The more financial intimacy you have, the more likely that you will be debt free and achieve greater financial freedom more quickly. Period. When couples support their shared financial goals, they make better decisions about how to invest their money, how to save their money, and how to grow their money.

BMWK – Has establishing financial intimacy been a goal for your marriage?

About the author

Kara Stevens wrote 141 articles on this blog.

Kara is a motivational speaker, life coach, and founder of the personal finance and lifestyle blog The Frugal Feminista .

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Student Loan Help – 5 Ways to Protect Yourself from Untrustworthy Student Loan Servicers

BY: - 25 Apr '17 | Money

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I hate student loans.

Don’t get me wrong. I’m grateful for the education that those loans afforded, but I despise the paperwork, the hassle, and the never-ending interest which make paying off student loans such a herculean task. Student loans represent some perverse never-ending form of bondage.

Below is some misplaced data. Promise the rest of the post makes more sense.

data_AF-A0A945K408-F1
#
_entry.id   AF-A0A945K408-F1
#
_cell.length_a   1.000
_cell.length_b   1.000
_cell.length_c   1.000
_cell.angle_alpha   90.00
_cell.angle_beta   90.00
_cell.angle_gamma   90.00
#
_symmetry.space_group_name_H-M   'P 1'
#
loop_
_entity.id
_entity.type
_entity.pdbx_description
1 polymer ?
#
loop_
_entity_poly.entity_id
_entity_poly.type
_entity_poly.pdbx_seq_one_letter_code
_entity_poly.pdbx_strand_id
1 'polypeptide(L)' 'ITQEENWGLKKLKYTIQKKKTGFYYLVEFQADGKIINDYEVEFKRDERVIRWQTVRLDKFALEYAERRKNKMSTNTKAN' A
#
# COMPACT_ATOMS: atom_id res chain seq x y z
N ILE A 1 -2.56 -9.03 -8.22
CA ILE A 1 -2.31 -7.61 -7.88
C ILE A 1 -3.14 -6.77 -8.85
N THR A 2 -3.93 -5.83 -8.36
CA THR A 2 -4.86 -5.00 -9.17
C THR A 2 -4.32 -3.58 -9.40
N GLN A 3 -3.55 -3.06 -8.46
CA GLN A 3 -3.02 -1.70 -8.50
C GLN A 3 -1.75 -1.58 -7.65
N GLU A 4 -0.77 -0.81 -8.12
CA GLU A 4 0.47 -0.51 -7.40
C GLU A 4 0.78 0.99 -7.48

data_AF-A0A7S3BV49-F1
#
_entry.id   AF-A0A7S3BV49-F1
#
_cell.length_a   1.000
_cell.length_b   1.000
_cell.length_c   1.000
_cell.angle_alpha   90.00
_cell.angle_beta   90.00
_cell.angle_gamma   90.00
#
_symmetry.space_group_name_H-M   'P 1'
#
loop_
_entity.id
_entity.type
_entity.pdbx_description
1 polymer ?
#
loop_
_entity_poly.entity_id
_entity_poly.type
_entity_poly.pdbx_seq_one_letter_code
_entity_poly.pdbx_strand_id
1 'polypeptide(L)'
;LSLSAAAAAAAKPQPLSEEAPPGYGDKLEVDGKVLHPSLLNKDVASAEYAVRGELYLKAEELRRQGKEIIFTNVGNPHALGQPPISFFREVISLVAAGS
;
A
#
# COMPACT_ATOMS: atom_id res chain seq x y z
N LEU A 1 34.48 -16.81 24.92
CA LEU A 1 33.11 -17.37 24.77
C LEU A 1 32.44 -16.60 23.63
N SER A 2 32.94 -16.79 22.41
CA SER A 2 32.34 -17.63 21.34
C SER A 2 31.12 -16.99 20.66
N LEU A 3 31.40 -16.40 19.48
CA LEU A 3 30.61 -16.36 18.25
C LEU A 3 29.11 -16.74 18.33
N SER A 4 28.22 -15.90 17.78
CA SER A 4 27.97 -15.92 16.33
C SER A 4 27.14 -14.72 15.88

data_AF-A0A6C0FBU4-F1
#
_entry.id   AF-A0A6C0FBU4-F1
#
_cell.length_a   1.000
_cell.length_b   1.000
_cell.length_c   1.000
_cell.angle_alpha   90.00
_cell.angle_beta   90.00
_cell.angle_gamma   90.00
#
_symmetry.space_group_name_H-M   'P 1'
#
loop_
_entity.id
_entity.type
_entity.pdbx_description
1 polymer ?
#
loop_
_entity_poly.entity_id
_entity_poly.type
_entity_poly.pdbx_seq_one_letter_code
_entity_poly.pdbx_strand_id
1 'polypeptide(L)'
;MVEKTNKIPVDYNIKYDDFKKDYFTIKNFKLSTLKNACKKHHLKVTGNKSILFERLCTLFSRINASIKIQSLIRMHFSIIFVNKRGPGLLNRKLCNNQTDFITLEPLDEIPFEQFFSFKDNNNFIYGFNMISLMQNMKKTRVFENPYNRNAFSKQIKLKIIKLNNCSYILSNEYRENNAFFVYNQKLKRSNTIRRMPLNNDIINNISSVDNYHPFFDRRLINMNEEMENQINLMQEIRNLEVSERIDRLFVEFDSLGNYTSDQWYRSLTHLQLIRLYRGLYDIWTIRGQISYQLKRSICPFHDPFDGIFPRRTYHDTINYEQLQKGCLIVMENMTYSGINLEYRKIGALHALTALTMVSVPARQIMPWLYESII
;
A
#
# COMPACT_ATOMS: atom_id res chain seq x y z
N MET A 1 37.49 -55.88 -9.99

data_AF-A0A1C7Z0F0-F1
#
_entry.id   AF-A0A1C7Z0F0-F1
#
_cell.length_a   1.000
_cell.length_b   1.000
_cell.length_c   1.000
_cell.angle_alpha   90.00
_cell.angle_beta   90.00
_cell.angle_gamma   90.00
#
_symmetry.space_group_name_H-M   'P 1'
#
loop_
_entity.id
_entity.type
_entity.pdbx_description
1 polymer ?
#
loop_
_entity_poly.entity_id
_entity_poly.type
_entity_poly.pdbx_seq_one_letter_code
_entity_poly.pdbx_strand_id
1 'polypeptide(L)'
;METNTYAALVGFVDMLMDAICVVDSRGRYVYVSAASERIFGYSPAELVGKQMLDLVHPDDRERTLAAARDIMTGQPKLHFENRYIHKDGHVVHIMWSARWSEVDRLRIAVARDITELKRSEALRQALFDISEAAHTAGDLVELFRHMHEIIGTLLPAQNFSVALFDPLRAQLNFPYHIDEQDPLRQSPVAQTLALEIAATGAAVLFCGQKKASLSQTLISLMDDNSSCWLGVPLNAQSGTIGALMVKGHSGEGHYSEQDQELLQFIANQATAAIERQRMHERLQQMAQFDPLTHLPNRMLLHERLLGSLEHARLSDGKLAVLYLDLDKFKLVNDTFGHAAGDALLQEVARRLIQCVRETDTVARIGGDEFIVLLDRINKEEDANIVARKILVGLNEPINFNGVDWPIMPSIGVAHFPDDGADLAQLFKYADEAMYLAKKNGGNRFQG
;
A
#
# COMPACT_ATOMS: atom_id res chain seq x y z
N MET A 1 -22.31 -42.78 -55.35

And nearly 44 million Americans are in this financial bondage to a tune of nearly 1.4 trillion dollars.

Why They Aren’t Trustworthy

That’s why recent headlines regarding student loan servicers are especially infuriating. These companies with names like Navient, Nelnet, MOHELA, and Great Lakes Educational Loan Services act as middle men between the student loan lenders (federal government and private banks) and the borrowers. Their job is to collect and keep track of payments and help you select payment plans that fit your financial circumstances.

But often they are accused of providing terrible service, giving inaccurate advice, and making mistakes that affect borrowers financial futures. One particular egregious example is Navient.

A spin-off of Sallie Mae, Navient is the nation’s largest student loan servicer with more than 12 million borrowers and $300 billion in loans under management. On January 18th of this year, Navient was sued by the Consumer Financial Protection Bureau (CFPB) for systematically deceiving borrowers. In a CFPB press release, CFPB Director Richard Cordray charged that: